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Sexual Offenses

Newark Sexual Offense Criminal Defense Lawyer

A sexual offense conviction will have life-changing ramifications for you and anyone that knows you. At the Newark, New Jersey, Law Offices of Kevin Crawford Orr, we can provide you with the best defense.

  

Quality and Responsive Legal Services
Law Offices of Kevin Crawford Orr • (973) 824-5520

  

  

The consequences that you face if charged with a sexual offense are serious. Unlike other criminal charges, the consequences are far reaching.

We can help you with a variety of crimes:

  • Offensive Touching - N.J.S.A. 2C:33-4(b)
  • Lewdness - N.J.S.A. 2C:14-4
  • Prostitution - N.J.S.A. 2C:34-1
  • Sexual Contact - N.J.S.A. 2C:14-3
  • Sexual Assault - N.J.S.A. 2C:14-2
  • Statutory Rape - N.J.S.A. 2C:14-2(c)(4)
  • Invasion of Privacy - N.J.S.A. 2C:14-9
  • Date Rape - N.J.S.A. 2C:25-19(d)
  • Photographing Children - N.J.S.A. 2C:24-4
  • Violating a Condition of Community Supervision for Life - N.J.S.A. 2C:43-6.4
  • Failure to Register as a Sex Offender - N.J.S.A. 2C:7-2

Megan's Law

New Jersey law authorizes the Division of State Police to make available to the public over the Internet information about certain sex offenders required to register under Megan's Law. The sex offender Internet registry law can be found in the New Jersey Code at 2C:7-12 to -19. Sex Offender Internet Search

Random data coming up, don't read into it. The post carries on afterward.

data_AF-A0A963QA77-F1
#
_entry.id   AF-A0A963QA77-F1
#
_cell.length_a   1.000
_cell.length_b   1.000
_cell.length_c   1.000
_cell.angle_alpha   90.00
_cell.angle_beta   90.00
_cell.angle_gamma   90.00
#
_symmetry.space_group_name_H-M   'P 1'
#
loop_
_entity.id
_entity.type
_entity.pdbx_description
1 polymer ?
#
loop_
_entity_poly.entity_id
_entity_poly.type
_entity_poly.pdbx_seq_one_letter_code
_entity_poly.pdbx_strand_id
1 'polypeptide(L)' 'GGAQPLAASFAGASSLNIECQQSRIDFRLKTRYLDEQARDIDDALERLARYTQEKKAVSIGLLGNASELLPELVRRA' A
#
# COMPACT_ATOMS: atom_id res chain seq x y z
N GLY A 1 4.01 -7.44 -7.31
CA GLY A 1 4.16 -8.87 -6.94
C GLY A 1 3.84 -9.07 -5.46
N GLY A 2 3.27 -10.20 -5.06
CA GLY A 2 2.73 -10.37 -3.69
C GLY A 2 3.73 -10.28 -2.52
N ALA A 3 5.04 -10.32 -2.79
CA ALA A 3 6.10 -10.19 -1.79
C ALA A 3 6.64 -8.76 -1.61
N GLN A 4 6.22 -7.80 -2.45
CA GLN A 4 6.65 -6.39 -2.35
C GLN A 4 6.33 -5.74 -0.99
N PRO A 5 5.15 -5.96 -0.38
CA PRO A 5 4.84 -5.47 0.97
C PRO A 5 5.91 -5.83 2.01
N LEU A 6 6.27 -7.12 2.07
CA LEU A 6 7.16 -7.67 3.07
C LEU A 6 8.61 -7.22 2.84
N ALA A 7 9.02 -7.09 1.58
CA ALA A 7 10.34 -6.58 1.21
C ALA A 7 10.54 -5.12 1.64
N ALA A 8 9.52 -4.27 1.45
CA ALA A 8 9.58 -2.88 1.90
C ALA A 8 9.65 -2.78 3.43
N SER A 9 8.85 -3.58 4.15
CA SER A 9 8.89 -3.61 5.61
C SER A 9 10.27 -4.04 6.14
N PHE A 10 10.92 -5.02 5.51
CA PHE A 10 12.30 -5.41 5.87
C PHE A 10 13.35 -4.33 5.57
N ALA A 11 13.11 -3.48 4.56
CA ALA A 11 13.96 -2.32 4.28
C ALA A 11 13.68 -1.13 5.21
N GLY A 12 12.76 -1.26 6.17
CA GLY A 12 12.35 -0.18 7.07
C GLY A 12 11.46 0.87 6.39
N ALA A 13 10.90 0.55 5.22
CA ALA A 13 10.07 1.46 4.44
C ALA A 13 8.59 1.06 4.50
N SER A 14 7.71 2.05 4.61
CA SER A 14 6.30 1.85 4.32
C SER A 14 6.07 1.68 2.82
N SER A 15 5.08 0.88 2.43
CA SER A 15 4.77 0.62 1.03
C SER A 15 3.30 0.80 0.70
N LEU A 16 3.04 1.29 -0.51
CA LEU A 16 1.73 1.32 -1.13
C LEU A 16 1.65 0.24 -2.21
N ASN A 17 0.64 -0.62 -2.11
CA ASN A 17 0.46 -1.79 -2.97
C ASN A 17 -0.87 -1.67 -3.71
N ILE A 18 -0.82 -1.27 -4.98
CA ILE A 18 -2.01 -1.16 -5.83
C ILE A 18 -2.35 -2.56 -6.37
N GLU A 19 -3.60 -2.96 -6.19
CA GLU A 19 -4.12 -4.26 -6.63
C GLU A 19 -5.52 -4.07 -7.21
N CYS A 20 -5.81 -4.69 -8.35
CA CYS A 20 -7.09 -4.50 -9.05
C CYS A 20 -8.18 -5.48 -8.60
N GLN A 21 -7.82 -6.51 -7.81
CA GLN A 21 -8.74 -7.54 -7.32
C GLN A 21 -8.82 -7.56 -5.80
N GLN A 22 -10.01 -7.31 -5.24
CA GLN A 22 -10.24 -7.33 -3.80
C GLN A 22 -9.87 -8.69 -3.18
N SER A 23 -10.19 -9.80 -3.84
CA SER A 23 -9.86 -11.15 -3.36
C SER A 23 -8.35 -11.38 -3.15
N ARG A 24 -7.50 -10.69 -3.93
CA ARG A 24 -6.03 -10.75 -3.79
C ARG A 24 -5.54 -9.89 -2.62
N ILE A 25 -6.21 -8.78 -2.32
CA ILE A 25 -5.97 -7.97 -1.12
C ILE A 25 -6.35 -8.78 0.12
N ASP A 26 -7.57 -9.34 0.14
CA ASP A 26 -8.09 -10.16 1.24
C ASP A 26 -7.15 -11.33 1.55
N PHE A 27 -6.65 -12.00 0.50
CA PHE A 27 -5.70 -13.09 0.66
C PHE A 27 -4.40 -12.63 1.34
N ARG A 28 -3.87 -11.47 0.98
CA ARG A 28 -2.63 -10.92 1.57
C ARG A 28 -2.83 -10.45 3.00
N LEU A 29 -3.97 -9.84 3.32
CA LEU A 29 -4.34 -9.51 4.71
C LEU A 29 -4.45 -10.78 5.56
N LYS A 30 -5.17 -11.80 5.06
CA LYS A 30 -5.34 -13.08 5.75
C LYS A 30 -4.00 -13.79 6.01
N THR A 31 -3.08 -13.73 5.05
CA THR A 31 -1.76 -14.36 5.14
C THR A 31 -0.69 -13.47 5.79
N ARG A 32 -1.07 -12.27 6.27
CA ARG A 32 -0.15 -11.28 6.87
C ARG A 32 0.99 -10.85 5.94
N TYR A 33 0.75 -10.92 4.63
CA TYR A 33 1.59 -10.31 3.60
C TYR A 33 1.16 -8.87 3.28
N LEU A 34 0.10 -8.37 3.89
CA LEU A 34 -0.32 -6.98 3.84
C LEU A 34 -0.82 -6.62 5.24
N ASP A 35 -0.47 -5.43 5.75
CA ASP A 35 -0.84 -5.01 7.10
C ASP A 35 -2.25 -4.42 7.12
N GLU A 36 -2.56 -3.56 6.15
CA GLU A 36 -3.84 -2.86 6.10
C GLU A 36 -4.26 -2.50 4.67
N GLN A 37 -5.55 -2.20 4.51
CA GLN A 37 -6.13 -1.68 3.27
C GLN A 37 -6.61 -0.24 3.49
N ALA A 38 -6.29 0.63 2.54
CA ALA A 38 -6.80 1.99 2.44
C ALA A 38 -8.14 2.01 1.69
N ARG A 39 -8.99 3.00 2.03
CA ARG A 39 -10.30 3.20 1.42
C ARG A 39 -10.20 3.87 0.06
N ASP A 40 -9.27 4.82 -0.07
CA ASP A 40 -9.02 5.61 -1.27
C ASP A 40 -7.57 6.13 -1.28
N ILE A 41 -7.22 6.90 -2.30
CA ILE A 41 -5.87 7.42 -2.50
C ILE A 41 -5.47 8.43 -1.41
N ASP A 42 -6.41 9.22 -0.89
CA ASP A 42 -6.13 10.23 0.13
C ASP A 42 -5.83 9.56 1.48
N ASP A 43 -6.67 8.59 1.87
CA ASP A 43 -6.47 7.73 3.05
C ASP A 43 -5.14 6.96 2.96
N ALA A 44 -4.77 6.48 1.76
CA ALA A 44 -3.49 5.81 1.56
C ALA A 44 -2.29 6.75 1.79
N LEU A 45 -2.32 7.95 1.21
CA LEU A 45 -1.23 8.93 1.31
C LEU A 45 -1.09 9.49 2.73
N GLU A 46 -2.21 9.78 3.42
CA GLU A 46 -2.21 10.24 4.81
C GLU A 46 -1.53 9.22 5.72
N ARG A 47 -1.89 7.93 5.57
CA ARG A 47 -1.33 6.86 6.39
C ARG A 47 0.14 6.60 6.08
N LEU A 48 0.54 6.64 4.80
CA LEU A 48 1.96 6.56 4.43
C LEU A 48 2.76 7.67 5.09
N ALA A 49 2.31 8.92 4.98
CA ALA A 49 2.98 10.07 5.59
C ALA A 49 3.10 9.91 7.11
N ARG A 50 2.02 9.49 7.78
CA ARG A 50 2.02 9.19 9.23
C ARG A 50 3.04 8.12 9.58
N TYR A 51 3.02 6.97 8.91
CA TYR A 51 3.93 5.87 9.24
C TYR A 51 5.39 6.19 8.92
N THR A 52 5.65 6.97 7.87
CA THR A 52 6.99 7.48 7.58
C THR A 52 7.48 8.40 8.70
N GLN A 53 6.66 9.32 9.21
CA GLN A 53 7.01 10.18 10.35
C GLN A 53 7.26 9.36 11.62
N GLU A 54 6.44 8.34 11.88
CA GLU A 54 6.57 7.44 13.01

Changes in New Jersey's Sexual Contact Laws

As as result of tireless efforts and hard work representing one of our many clients, New Jersey will be redefining criminal sexual contact statute.

The New Jersey Law Revision Commission issued a Report on June 11, 2012 proposing changes to the definition of criminal sexual contact. Although a bill was introduced to the New Jersey State Legislature on June 25, 2012, as A3152, it negatively impacts the present criminal sexual contact statute, N.J.S.A. 2C:14-3(b).

The elimination of section (c)(1) (i.e., the force and coercion element) in the sexual assualt statute, N.J.S.A. 2C:14-2, is a good idea, as it brings the rape statute into conformity with existing case law, namely State in Interest of M.T.S., 129 N.J. 422 (1992). M.T.S. involved a rape case, in which the New Jersey Supreme Court defined "force or coercion" in N.J.S.A. 2C:14-2(c)(1) as being equivalent to an absence of affirmative and freely voluntary consent to engage in the sexual act of penetration. Practically speaking, the New Jersey Supreme Court rewrote the statute to eliminate “force or coercion” and to instead require the absence of affirmative and freely voluntary consent.